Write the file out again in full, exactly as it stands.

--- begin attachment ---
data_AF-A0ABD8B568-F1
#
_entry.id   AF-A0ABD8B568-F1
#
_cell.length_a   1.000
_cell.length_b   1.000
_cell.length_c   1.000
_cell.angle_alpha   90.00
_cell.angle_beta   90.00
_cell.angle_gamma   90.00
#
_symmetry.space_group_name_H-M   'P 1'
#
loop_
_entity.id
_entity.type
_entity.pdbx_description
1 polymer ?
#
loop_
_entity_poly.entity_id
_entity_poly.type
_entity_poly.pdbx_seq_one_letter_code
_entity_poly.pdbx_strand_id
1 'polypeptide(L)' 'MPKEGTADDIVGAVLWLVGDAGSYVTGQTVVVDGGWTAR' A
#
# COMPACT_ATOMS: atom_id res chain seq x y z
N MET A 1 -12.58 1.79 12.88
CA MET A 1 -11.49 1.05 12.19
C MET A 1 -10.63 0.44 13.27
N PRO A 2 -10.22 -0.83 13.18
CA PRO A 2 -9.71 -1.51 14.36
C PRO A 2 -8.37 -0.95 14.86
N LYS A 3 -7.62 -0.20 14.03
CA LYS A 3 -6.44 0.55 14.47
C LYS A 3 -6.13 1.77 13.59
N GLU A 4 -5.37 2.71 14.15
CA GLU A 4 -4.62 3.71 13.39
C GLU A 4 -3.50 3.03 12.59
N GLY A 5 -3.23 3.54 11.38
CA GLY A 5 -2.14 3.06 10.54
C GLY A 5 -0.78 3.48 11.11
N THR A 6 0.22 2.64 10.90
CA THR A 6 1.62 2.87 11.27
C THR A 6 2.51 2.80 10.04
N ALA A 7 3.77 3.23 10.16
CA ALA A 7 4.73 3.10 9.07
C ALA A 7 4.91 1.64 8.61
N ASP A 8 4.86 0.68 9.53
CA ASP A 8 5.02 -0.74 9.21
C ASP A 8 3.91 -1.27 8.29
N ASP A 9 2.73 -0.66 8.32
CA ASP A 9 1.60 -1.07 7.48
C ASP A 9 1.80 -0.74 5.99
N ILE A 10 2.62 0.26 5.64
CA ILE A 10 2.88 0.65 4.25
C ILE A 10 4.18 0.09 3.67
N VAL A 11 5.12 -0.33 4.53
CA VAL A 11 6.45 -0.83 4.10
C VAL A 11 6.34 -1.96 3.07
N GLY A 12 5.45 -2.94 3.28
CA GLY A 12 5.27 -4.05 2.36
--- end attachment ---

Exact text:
data_AF-A0ABD8B568-F1
#
_entry.id   AF-A0ABD8B568-F1
#
_cell.length_a   1.000
_cell.length_b   1.000
_cell.length_c   1.000
_cell.angle_alpha   90.00
_cell.angle_beta   90.00
_cell.angle_gamma   90.00
#
_symmetry.space_group_name_H-M   'P 1'
#
loop_
_entity.id
_entity.type
_entity.pdbx_description
1 polymer ?
#
loop_
_entity_poly.entity_id
_entity_poly.type
_entity_poly.pdbx_seq_one_letter_code
_entity_poly.pdbx_strand_id
1 'polypeptide(L)' 'MPKEGTADDIVGAVLWLVGDAGSYVTGQTVVVDGGWTAR' A
#
# COMPACT_ATOMS: atom_id res chain seq x y z
N MET A 1 -12.58 1.79 12.88
CA MET A 1 -11.49 1.05 12.19
C MET A 1 -10.63 0.44 13.27
N PRO A 2 -10.22 -0.83 13.18
CA PRO A 2 -9.71 -1.51 14.36
C PRO A 2 -8.37 -0.95 14.86
N LYS A 3 -7.62 -0.20 14.03
CA LYS A 3 -6.44 0.55 14.47
C LYS A 3 -6.13 1.77 13.59
N GLU A 4 -5.37 2.71 14.15
CA GLU A 4 -4.62 3.71 13.39
C GLU A 4 -3.50 3.03 12.59
N GLY A 5 -3.23 3.54 11.38
CA GLY A 5 -2.14 3.06 10.54
C GLY A 5 -0.78 3.48 11.11
N THR A 6 0.22 2.64 10.90
CA THR A 6 1.62 2.87 11.27
C THR A 6 2.51 2.80 10.04
N ALA A 7 3.77 3.23 10.16
CA ALA A 7 4.73 3.10 9.07
C ALA A 7 4.91 1.64 8.61
N ASP A 8 4.86 0.68 9.53
CA ASP A 8 5.02 -0.74 9.21
C ASP A 8 3.91 -1.27 8.29
N ASP A 9 2.73 -0.66 8.32
CA ASP A 9 1.60 -1.07 7.48
C ASP A 9 1.80 -0.74 5.99
N ILE A 10 2.62 0.26 5.64
CA ILE A 10 2.88 0.65 4.25
C ILE A 10 4.18 0.09 3.67
N VAL A 11 5.12 -0.33 4.53
CA VAL A 11 6.45 -0.83 4.10
C VAL A 11 6.34 -1.96 3.07
N GLY A 12 5.45 -2.94 3.28
CA GLY A 12 5.27 -4.05 2.36